For Dell, this would finally give it a high-end solution and possibly a favored position with Oracle over HP. Dell has probably been one of the beneficiaries of Sun's slide, Getting the Sun installed base would allow it to wrap these customers first with Dell service, enhanced by Sun's own services group, and its vastly stronger (than Sun) X86 portfolio. In both cases, this would strengthen Dell significantly against both IBM and HP and make it the company to displace in a market tightly focused on cost, which is a market Dell was made to play in. The tighter relationship with Oracle gives it a better bargaining tool with Microsoft and further increases its stature when bidding against HP and IBM. Finally, this could do more to change the perception of Dell as a PC company to more of an HP- and IBM-like full service company than most anything else it is likely capable of doing this decade.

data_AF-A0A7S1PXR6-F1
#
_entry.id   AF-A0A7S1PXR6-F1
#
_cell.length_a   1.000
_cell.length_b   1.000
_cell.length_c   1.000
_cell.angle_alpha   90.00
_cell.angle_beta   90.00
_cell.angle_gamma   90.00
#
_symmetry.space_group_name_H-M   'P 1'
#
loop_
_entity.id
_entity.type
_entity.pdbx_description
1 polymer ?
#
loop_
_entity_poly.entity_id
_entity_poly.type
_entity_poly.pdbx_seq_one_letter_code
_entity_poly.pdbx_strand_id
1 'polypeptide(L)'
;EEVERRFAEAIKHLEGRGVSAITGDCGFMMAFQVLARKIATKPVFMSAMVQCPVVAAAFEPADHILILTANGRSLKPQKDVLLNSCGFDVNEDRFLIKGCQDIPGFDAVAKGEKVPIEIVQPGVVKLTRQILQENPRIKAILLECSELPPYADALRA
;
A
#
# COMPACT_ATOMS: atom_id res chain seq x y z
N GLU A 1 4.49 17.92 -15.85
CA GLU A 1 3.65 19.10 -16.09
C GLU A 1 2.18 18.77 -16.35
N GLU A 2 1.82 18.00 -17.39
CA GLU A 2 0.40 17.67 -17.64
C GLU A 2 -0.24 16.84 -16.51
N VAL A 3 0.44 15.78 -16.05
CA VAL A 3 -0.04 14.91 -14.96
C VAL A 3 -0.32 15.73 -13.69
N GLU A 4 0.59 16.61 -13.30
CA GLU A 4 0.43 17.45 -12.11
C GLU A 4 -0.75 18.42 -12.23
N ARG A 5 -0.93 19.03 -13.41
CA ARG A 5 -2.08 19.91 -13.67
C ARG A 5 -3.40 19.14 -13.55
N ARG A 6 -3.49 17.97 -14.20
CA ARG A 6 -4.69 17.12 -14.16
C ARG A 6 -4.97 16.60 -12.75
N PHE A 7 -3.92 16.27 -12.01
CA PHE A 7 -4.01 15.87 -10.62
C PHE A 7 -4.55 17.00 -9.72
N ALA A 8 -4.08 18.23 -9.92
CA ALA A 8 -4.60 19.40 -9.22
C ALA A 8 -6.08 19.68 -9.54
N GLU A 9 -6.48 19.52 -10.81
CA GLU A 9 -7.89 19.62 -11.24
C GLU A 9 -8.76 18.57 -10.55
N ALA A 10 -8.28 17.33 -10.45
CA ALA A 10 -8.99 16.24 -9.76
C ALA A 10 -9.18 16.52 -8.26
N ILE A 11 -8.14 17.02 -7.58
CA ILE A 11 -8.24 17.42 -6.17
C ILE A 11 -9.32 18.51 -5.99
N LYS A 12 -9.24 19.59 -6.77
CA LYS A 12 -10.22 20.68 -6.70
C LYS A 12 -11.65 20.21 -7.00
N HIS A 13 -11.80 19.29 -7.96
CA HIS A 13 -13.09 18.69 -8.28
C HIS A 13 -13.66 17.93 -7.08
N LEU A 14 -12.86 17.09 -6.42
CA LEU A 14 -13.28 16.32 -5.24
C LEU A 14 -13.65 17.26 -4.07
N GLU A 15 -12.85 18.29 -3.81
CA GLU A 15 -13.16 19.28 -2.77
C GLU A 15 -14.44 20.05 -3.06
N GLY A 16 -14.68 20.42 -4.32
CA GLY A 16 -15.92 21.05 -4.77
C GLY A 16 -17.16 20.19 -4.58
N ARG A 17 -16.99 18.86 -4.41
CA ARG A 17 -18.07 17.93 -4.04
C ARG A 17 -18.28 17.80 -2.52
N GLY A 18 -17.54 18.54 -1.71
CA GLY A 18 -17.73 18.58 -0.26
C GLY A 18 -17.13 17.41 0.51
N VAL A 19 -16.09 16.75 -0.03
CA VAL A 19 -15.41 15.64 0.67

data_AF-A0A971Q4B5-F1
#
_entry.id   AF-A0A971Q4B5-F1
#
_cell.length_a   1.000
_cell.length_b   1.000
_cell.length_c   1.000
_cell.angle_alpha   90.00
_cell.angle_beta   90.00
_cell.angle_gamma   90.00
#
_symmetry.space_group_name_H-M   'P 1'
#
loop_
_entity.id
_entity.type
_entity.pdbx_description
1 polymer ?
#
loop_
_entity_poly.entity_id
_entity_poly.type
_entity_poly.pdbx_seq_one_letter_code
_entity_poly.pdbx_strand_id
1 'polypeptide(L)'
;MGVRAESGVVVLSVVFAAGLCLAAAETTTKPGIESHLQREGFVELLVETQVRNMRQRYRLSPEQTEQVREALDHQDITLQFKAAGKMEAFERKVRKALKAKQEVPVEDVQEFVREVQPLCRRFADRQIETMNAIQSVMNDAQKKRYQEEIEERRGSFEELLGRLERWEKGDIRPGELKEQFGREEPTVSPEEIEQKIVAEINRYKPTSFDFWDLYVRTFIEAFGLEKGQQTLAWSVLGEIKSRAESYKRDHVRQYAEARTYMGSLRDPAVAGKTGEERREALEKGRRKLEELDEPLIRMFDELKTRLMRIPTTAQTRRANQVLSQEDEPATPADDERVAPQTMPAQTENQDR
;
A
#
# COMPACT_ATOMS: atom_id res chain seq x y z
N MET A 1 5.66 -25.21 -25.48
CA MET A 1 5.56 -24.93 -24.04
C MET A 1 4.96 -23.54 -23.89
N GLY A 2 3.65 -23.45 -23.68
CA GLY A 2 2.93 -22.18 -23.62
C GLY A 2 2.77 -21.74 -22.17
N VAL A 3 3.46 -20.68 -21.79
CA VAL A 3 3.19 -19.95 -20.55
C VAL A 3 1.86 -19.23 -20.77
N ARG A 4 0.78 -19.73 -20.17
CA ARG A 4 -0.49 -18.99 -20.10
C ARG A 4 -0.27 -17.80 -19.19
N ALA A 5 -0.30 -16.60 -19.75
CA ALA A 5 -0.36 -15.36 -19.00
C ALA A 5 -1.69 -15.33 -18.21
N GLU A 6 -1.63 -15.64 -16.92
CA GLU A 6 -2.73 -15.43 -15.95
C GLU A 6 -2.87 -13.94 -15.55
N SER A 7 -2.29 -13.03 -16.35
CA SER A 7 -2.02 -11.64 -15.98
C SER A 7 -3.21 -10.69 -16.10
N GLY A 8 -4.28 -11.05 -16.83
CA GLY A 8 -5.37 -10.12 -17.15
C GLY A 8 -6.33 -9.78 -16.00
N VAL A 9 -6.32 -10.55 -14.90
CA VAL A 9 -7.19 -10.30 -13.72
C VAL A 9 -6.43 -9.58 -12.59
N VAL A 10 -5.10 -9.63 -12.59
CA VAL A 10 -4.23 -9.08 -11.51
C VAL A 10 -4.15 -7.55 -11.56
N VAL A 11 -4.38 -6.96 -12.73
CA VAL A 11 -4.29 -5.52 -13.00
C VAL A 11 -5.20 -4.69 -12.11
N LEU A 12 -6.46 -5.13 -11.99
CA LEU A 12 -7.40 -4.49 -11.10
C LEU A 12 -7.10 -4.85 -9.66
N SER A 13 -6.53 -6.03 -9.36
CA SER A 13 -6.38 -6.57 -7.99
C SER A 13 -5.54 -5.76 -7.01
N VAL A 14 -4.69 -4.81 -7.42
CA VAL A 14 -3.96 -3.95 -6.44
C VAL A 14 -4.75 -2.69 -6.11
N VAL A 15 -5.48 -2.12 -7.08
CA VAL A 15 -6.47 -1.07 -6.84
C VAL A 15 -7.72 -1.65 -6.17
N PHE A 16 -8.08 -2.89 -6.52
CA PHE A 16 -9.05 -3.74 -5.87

For HP, this would be a massive move against IBM on three vectors. First, it would give the company enough additional market share to distance itself from IBM and become the undisputed market share leader in servers, at least initially. Oracle would feel the most comfortable with HP, and HP would be more comfortable with Oracle than it is with Microsoft. Here, the end result could be a massive push not only for HP Services, but Unbreakable Linux, and HP hardware. Done right, this would be the outcome that would hurt IBM the most and create the strongest opportunity for Oracle to actually own enterprise Linux as a platform. Both of these companies have substantial enterprise reach and executives that are in relatively close proximity and share similar backgrounds. In other words, this could become one of the biggest partnerships in the history of technology, were it to reach potential.
Wrapping Up: Bigger Than IBM
While the Sun/IBM deal was interesting and would have helped IBM software substantially, it wasn't that beneficial to IBM hardware and outside of IBM, wouldn't have had that much impact except on HP.